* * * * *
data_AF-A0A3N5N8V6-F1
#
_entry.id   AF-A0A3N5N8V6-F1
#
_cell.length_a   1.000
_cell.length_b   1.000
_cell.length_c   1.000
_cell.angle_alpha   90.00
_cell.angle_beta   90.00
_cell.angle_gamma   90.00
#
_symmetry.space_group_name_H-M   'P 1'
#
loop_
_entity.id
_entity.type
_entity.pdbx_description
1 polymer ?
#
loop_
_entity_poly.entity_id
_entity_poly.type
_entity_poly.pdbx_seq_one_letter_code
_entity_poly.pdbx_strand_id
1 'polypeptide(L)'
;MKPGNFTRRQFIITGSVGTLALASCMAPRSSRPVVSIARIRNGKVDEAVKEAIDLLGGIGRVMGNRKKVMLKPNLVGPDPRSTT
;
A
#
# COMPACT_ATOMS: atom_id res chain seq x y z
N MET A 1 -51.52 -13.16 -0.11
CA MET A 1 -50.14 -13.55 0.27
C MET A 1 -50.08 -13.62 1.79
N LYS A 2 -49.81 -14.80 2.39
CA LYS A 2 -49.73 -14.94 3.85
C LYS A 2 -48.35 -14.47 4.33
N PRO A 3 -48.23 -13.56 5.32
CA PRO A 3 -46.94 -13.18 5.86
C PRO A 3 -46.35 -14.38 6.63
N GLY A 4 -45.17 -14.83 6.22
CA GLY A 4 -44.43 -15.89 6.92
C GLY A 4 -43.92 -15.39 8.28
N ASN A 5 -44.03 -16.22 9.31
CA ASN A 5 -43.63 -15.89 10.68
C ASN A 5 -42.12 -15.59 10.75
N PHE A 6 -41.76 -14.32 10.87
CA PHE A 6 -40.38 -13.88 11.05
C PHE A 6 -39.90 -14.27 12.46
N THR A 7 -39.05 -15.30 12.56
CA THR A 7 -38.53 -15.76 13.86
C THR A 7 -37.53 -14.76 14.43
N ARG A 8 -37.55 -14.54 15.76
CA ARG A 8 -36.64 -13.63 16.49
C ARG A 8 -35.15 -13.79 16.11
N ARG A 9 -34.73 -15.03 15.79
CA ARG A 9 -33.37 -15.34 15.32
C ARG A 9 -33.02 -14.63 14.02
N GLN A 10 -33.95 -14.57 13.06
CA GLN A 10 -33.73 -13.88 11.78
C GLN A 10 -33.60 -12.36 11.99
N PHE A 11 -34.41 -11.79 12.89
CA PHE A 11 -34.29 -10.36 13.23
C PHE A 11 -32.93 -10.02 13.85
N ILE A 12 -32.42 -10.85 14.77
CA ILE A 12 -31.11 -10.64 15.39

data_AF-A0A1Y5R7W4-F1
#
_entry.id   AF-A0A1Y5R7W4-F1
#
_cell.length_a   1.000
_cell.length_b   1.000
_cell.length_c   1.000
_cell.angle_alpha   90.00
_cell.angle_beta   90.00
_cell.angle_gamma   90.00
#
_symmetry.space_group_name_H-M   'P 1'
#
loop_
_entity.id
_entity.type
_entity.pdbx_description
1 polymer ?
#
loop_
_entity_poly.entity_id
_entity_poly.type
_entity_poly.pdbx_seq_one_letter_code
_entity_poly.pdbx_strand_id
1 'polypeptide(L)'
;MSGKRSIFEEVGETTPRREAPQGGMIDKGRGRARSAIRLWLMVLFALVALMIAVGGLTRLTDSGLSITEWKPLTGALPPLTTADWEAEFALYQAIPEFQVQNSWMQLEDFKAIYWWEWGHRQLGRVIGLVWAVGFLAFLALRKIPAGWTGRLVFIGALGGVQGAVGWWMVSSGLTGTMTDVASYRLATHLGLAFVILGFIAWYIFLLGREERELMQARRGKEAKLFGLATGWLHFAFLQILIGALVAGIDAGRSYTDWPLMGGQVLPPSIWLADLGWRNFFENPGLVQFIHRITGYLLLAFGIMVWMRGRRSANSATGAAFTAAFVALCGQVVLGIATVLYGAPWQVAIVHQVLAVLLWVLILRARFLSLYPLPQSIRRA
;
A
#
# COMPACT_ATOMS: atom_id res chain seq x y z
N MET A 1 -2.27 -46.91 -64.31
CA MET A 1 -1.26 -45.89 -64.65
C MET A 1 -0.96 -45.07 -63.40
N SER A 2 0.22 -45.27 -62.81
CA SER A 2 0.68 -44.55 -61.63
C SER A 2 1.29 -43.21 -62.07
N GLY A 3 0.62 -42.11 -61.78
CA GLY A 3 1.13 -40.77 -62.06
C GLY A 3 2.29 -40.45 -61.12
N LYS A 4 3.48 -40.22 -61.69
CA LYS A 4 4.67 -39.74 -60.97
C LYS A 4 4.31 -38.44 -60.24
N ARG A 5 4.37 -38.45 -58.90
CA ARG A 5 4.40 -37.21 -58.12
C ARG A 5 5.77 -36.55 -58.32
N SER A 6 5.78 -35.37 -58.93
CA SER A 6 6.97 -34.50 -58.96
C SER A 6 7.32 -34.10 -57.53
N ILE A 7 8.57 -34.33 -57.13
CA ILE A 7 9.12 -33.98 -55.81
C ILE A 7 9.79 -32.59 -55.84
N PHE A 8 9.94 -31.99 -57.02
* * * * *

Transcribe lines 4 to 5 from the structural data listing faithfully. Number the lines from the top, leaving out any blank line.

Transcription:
#
_cell.length_a   1.000